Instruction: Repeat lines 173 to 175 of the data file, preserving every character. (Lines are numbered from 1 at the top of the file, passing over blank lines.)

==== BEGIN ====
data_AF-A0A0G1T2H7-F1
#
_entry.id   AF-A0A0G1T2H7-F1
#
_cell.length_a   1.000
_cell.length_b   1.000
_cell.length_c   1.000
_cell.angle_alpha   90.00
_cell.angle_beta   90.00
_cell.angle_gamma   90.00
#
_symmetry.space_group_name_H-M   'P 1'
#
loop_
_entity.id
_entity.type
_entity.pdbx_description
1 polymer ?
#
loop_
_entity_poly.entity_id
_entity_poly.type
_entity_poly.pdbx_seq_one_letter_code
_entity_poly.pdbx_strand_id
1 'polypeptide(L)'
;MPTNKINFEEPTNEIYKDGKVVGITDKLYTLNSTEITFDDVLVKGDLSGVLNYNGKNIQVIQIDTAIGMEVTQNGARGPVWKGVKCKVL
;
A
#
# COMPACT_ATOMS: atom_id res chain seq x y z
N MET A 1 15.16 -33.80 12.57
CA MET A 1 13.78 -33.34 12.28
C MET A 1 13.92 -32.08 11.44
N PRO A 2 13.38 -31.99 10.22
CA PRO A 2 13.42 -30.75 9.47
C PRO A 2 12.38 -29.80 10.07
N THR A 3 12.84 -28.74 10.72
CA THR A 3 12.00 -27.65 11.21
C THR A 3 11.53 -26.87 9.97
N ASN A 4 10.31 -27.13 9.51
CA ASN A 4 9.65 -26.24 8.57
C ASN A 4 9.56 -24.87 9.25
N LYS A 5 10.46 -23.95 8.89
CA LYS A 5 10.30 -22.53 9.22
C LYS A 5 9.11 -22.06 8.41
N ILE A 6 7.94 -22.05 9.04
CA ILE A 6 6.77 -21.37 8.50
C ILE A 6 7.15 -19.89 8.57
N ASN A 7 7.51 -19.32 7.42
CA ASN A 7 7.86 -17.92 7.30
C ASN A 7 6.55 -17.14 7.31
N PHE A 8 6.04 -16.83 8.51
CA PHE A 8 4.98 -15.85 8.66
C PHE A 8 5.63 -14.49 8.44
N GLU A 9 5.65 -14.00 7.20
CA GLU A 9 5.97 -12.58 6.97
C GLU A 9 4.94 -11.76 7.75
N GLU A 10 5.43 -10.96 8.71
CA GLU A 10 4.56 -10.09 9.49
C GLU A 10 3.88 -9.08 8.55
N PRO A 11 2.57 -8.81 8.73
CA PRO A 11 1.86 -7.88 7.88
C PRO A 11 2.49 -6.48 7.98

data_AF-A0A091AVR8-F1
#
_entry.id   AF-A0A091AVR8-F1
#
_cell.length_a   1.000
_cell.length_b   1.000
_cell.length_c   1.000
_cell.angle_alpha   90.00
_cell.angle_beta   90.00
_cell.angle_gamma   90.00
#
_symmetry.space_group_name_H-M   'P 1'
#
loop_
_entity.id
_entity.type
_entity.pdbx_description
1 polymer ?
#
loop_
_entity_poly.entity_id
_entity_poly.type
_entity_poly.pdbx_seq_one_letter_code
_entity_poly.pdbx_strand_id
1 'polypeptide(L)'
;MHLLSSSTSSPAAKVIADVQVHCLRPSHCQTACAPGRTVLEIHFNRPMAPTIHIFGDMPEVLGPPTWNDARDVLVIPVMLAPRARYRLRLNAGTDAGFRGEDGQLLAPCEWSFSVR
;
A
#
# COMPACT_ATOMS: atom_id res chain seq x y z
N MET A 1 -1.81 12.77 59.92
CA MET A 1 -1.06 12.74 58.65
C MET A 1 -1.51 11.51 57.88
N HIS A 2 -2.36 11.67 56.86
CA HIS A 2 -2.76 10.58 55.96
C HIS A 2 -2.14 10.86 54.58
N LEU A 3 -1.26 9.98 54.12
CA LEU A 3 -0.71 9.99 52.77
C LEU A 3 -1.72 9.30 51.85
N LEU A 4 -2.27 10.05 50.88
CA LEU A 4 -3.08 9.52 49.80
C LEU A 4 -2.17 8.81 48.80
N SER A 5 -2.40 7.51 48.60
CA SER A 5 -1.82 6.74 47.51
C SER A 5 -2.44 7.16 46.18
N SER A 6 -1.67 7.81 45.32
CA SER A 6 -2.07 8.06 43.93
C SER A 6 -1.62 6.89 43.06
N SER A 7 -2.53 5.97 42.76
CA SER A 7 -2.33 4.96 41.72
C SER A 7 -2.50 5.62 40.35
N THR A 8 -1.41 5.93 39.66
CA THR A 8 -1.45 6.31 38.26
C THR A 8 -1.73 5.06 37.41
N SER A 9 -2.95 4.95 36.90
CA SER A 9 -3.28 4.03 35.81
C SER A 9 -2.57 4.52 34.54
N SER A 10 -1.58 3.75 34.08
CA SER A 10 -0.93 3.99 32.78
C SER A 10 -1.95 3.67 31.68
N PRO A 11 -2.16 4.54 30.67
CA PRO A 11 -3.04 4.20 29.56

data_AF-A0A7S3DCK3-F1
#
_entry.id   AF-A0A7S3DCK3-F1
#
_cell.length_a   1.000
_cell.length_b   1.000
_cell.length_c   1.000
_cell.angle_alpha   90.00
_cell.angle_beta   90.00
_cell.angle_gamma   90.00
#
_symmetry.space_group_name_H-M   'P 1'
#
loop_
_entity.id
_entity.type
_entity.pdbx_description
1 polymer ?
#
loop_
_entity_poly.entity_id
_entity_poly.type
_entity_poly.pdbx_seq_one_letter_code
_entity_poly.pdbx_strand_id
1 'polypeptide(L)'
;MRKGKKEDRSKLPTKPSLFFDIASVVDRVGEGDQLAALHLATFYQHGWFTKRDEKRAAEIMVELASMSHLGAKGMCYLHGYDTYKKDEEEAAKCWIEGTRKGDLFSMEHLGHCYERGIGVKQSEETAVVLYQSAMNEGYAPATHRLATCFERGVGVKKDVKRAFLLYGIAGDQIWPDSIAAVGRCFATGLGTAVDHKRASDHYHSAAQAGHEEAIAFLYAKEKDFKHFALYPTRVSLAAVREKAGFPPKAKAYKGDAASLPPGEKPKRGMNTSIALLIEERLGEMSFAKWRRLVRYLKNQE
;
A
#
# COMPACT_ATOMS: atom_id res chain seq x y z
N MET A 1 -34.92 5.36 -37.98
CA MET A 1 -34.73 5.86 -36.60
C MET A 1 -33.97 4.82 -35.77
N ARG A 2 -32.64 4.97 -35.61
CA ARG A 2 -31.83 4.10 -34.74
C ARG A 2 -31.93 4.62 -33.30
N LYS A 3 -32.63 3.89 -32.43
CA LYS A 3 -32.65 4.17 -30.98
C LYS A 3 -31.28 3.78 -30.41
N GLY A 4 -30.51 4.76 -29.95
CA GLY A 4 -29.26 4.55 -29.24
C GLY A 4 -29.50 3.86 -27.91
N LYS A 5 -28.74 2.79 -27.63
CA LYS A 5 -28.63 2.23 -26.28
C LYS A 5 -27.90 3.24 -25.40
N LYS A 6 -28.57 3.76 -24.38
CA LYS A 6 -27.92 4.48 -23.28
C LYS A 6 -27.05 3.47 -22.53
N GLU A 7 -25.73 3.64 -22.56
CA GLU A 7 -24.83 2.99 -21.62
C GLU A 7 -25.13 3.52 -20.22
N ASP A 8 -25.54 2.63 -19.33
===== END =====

C LYS A 6 -27.05 3.47 -22.53
N GLU A 7 -25.73 3.64 -22.56
CA GLU A 7 -24.83 2.99 -21.62